Increasing Heating Bills and Energy Issues
Increasing Heating Bills and Energy Issues
  • Reporter Yang Seo-Yeon
  • 승인 2023.03.01 21:06
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▲ Gas meter is measuring heating bills / Joongboo Ilbo
▲ Gas meter is measuring heating bills / Joongboo Ilbo

 In January 2023, heating bills soared so high that all media outlets mentioned the issue of heating bills. According to the Korea Gas Corporation (KOGAS), the price of residential natural gas increased from 15.5 KRW per 1 MJ of natural gas in January 2016 to 18.4 KRW in January 2023. Also, the price of industrial natural gas increased significantly from 14.1 KRW in January 2016 to 31.3 KRW in January 2023. Originally, industrial natural gas prices were cheaper than residential natural gas, but as industrial gas prices have risen since the second half of 2020, they have continued to be more expensive than residential natural gas since March 2021. On the other hand, residential natural gas remained at 12.9 KRW from July 2020 to March 2022, but prices have risen since April 2022, leading to the heating bill crisis.
 With the price of international natural gas rising from 2021, KOGAS requested the government to raise the cost of raw materials because it will continue to lose money if it does not raise the cost of residential natural gas. However, it was difficult for the government to decide on an increase due to the burden on the middle class when the economy was shrinking due to COVID-19. After such a long period of maintaining residential gas bills, they were forced to raise them.
 The fundamental cause of this increase in heating bills can be traced back to Russia's invasion of Ukraine. This is because the price of international natural gas soared as the war between Russia and Ukraine began. This is why Korea, which imports international natural gas, will be hit hard by gas prices. Since Korea buys most of its energy from abroad, it is likely to be exposed to great risks regarding energy. According to the Korea Energy Statistical Information System (KESIS), the largest portion of Korea's energy as of October 2022 was 40.4% crude oil, 17% LNG, 22.1% bituminous coal, and 13.9% nuclear power. However, all this energy is imported from abroad. 93.9% of the energy is imported from abroad. Comparing European countries with Korea, Korea’s dependence on energy imports is overwhelming. Eurostat’s 2021 data shows that 27 EU member countries rely only 55.6% on energy imports, but Korea accounts for 92.3%. If there is an international energy problem, Korea, which is highly dependent on energy imports, it will damage the Korean people due to rising gas prices.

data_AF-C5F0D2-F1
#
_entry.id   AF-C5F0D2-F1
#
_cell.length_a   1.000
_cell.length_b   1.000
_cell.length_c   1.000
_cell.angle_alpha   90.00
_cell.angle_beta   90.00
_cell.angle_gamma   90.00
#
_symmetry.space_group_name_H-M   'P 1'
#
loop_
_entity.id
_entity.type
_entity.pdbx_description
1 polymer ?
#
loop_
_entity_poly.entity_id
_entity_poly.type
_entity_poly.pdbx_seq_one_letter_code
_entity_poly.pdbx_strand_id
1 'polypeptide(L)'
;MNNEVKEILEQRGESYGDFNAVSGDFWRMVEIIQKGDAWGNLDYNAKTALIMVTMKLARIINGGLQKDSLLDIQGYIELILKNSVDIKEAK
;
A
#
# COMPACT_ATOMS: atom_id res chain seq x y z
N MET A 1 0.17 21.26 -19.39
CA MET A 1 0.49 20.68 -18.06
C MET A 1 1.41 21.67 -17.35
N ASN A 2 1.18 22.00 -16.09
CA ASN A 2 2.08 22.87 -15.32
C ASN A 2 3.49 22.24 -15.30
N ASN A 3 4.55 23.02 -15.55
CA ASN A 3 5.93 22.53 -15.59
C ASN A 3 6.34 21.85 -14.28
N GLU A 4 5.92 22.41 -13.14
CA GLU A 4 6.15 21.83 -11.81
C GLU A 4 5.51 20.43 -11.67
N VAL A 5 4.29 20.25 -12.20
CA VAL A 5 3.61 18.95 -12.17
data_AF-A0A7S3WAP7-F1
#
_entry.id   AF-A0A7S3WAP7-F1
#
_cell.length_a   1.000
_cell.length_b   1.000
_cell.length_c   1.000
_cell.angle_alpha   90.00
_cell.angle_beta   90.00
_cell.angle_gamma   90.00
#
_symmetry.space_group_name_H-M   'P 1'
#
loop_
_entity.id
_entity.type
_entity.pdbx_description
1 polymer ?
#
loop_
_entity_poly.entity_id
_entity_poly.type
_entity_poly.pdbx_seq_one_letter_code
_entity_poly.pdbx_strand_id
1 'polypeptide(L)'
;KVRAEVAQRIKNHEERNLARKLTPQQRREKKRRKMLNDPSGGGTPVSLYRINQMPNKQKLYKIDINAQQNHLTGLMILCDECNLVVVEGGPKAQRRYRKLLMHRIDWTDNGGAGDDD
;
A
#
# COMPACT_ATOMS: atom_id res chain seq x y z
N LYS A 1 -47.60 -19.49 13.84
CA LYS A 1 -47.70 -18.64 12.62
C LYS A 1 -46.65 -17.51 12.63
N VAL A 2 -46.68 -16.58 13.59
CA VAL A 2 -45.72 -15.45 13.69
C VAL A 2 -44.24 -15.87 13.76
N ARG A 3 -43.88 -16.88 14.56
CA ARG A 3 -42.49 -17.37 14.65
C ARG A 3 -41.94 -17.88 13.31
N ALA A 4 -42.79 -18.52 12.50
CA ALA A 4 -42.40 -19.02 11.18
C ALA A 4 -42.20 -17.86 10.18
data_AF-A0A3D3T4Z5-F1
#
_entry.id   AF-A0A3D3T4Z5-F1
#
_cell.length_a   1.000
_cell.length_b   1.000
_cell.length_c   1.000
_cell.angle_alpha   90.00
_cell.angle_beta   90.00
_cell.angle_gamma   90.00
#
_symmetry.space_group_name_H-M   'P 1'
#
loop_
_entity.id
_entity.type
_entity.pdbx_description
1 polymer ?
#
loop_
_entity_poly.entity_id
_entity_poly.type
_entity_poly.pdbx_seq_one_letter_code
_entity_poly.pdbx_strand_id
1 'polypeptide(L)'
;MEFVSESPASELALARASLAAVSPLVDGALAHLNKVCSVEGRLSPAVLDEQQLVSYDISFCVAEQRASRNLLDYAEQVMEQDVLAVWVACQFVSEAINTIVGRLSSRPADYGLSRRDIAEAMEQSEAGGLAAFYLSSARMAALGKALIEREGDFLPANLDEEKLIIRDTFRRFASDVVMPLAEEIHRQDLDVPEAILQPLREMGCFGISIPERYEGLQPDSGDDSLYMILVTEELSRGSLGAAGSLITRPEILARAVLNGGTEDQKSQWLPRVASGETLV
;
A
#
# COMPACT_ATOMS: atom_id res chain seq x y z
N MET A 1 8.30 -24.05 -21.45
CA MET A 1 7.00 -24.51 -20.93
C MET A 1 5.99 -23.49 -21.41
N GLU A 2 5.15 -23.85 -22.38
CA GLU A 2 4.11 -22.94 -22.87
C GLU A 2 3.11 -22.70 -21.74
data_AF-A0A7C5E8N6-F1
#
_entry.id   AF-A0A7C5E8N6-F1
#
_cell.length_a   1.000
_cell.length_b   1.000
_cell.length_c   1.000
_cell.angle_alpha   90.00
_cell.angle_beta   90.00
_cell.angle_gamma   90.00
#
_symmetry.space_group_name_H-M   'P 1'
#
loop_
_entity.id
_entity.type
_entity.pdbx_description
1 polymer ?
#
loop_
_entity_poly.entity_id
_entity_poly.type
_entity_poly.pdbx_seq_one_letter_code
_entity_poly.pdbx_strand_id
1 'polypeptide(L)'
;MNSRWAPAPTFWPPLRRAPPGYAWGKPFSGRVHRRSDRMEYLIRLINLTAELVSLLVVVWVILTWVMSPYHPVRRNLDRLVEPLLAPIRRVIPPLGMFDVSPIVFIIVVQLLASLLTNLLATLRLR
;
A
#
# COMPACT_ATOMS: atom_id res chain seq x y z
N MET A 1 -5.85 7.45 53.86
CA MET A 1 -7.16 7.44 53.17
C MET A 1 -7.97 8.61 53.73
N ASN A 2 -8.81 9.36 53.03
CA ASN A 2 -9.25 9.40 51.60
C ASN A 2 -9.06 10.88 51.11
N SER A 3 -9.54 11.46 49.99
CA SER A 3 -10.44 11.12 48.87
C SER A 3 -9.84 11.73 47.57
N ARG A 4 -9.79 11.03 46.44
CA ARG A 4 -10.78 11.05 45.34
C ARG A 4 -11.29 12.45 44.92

To solve the energy problem, we need to reduce our dependence on energy imports. Looking at Europe's case for overcoming the energy crisis, as the price of natural gas rose due to the Russia-Ukraine war, Europe prioritized securing other energy supply chains to replace Russia. First, measures were taken to increase imports of U.S. LNG. Next, Europe is increasing natural gas development and investment in Africa to secure a more stable and sustainable supply chain. In addition to natural gas, it plans to expand cooperation with Africa in renewable energy and hydrogen.
 65.3% of Korea’s crude oil imported and used in October 2023 is from Middle Eastern countries, of which 34.1% is from Saudi Arabia. Enriched uranium used for nuclear power imports 33.8% from Russia only. Korea has already experienced the confusion that occurred when there was a problem with the supply chain. Korea relies on China for 97% of urea solution imports. When China suspended the export of urea solution it led to problems in using large vehicles used in industrial sites. If problems such as the urea solution arise in the energy supply chain, problems beyond the chaos at that time may arise. Therefore, experts also mentioned the need to secure a variety of supply chains to prevent a supply chain crisis.
 In addition, European governments aimed to reduce energy waste along with supply chain stability. Countries such as Germany, Spain, and France have limited heating temperatures to 19 degrees Celsius in winter. Korea has low energy efficiency. According to the American Council for an Energy-Efficient Economy (ACEE), Korea's energy efficiency in 2022 was 53 points out of 100. Considering that most other European countries have scored more than 60 points, Korea's energy efficiency is low.
 Lee Ho Geun, a business professor at Yonsei University, advised, “It is time for energy democracy, a new system in which ordinary citizens actively participate in the energy ecosystem, moving away from the existing energy system.”